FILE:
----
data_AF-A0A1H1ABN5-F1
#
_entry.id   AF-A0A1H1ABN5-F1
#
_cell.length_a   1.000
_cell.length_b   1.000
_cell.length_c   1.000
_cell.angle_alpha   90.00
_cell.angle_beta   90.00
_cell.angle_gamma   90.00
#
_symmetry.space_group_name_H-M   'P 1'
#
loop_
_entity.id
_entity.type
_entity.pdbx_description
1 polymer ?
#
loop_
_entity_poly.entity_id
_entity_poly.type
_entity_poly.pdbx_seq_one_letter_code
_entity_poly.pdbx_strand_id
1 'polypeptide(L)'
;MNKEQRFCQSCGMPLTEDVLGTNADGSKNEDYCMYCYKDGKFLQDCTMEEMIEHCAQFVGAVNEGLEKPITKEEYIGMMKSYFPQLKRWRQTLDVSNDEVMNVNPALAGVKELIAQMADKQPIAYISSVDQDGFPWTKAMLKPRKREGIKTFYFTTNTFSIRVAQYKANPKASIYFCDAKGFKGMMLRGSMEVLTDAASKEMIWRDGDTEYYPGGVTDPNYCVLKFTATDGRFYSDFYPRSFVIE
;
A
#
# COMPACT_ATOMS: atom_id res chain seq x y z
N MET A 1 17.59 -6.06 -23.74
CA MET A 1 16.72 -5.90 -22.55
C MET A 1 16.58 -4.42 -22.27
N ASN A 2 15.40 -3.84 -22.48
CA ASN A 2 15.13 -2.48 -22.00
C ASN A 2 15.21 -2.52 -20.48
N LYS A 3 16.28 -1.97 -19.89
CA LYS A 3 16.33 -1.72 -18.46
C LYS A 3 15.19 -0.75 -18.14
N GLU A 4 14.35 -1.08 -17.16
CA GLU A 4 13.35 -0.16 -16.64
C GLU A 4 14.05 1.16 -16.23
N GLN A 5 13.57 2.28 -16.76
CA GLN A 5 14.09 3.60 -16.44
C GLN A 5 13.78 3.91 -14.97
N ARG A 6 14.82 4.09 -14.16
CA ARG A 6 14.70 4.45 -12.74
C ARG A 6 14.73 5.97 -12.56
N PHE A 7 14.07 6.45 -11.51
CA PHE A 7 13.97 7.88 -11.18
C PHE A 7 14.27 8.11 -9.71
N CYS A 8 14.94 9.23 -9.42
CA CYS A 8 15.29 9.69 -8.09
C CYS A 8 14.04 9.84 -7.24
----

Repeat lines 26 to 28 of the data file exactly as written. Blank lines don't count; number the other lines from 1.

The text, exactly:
;MNKEQRFCQSCGMPLTEDVLGTNADGSKNEDYCMYCYKDGKFLQDCTMEEMIEHCAQFVGAVNEGLEKPITKEEYIGMMKSYFPQLKRWRQTLDVSNDEVMNVNPALAGVKELIAQMADKQPIAYISSVDQDGFPWTKAMLKPRKREGIKTFYFTTNTFSIRVAQYKANPKASIYFCDAKGFKGMMLRGSMEVLTDAASKEMIWRDGDTEYYPGGVTDPNYCVLKFTATDGRFYSDFYPRSFVIE
;
A